Blue Shield Of Calif. Adds Additional $283 Million To Policyholder ‘Giveback’
In fulfilling its promise to return excess profits to policyholders, the insurer's return will reach an estimated $450 million in credits by the end of the year.
Los Angeles Times: Blue Shield To Return $283 Million In Excess Profits To Policyholders
Blue Shield of California says it will give customers in the state a $283-million credit on their insurance premiums, saying it is fulfilling a promise to return money to policyholders when its net income exceeds 2 percent of revenue (Helfand and Henningan, 10/14).
San Francisco Chronicle: Blue Shield To Return $450 Million In Credits
Blue Shield of California, which this month started returning $167 million in excess profit to its customers, said Thursday that it would return an additional $283 million by the end of the year. The giveback is part of Blue Shield's promise to cap its profit at 2 percent and return anything above that amount to its policyholders and health care providers. The money being returned in October comes from excess 2010 profit, while Thursday's announcement reflects estimated profit for 2011 (Colliver, 10/14).
CQ HealthBeat: California Insurer Returning Premium Money In A Public Way
White House officials credited the health care overhaul while at least one veteran analyst called the move a public relations stunt. In a news release on its website, Blue Shield Chairman Bruce Bodaken outlined how the company would return the money to policyholders in the form of credits on their premiums. For example, Blue Shield individuals and fully insured group customers will each get a 54 percent credit against one month of premium. That translates into about a $135 credit for an individual and a $420 credit for a family of four (Bunis, 10/13).
The Sacramento Bee: Blue Shield To Return $283 Million To Customers
Customers of Blue Shield of California will see their December premiums reduced substantially – the result of the insurer's pledge to cap profits at 2 percent of revenue. The giant insurer said Thursday that it would return about $283 million to individual and group customers in credits against their premiums. Customers will receive the credits in their December bills. Blue Shield said the credit will be about $420 for the average family of four and $135 for an individual subscriber (Smith, 10/14).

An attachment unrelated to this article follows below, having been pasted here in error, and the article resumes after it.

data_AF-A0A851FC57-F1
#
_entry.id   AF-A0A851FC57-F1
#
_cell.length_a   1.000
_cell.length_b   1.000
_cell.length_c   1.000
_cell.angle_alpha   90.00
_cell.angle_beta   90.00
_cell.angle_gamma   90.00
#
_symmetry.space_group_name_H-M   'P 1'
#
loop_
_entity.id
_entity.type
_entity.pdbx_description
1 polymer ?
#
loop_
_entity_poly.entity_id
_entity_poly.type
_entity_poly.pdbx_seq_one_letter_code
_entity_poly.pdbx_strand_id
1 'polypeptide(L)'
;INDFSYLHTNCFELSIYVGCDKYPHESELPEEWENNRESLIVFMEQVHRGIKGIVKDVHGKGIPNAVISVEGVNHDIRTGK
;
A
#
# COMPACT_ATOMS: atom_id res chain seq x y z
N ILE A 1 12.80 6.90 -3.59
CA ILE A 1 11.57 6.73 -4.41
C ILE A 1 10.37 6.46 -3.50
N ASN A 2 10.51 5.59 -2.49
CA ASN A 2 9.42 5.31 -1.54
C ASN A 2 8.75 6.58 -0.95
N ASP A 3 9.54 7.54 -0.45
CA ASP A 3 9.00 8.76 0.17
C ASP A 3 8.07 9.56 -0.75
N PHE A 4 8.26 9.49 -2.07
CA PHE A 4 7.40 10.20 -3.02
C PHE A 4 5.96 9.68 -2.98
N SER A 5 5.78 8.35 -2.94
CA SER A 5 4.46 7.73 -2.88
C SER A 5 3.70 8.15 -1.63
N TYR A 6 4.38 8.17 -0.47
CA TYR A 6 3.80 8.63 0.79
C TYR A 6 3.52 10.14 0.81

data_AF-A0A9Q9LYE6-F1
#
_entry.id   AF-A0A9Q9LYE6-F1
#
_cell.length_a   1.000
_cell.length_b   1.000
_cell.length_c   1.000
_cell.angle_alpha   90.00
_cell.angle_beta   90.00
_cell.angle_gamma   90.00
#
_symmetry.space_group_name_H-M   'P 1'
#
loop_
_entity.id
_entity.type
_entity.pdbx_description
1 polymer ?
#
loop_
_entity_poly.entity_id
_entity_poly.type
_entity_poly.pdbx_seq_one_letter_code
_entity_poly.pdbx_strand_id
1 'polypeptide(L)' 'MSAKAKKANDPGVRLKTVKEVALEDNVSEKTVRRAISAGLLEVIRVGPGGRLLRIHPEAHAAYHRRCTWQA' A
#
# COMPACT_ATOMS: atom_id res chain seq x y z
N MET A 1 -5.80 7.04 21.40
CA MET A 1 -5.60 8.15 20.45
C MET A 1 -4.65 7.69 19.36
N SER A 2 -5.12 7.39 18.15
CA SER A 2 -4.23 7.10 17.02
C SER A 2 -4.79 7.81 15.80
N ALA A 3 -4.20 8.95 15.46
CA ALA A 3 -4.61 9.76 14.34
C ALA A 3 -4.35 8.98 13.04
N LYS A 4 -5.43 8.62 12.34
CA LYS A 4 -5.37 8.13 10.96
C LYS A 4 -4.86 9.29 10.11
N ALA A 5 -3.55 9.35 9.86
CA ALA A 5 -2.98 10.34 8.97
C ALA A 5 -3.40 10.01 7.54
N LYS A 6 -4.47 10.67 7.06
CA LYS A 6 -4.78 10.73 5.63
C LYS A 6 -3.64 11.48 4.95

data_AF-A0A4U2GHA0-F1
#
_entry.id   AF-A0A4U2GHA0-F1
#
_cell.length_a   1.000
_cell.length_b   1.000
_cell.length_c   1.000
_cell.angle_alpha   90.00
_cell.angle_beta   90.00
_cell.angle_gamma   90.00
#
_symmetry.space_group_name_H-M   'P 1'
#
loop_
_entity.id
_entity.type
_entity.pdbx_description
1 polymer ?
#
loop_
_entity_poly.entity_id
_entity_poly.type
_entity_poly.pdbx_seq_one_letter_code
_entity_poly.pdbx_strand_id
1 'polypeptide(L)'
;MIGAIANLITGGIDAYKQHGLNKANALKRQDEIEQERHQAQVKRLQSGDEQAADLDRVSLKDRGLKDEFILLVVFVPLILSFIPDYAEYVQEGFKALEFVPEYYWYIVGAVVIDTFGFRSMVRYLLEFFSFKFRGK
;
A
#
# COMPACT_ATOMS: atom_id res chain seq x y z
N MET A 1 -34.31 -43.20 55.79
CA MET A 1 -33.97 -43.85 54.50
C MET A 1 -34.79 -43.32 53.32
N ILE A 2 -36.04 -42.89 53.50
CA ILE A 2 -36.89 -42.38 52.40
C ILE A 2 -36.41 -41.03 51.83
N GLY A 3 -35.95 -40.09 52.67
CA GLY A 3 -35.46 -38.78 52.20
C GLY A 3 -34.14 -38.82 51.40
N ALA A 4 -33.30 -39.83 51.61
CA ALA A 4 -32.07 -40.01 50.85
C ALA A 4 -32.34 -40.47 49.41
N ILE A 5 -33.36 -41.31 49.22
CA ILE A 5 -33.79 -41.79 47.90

In other news, a study finds most insurers face little competition in states' individual and small group markets –
Modern Healthcare: Insurer Competition 'Modest' in Many States: Study
Health insurers face "modest" competition in many states' individual and small group markets, according to a newly published study. Research by the Henry J. Kaiser Family Foundation found a single insurer claimed at least half of the individual health insurance market in 30 states and the District of Columbia. Market share was measured by the number of people enrolled in a health plan. Among small group insurers, one insurer enrolled at least 51 percent of those covered in 24 states and the District of Columbia (Evans, 10/13).
The Connecticut Mirror: Connecticut's Individual Insurance Market Is Highly Concentrated
Connecticut is one of 30 states in which more than half the individual insurance market is dominated by a single insurer, but has more insurers with at least 5 percent of the market than nearly half the other states, according to a report released Thursday by the Kaiser Family Foundation. The report examined the competitiveness of states' insurance markets and the potential implications for federal health reform. Authors Cynthia Cox and Larry Levitt noted that concentration in the insurance market can be good and bad for health care costs (Levin Becker, 10/13).
Georgia Health News: Ga. Shows Health Competition On Insurance
Georgia's health insurance market is among the more competitive in the nation, a newly released study indicates. Seven health insurers in Georgia each have more than a 5 percent market share for individual policies, according to the study by the Kaiser Family Foundation, released Thursday. That means Georgia is tied for No. 1 among the states in the number of insurers with that level of market share. The largest insurer for individual policies, Blue Cross and Blue Shield of Georgia, holds 47 percent of the market in the state, the analysis found (Miller, 10/14).
Also, insurers face a new battleground in terms of laws mandating equivalent mental illness coverage –
The New York Times: Eating Disorders A New Front In Insurance Fight
People with eating disorders like anorexia have opened up a new battleground in the insurance wars, testing the boundaries of laws mandating equivalent coverage for mental illnesses (Pollack, 10/13).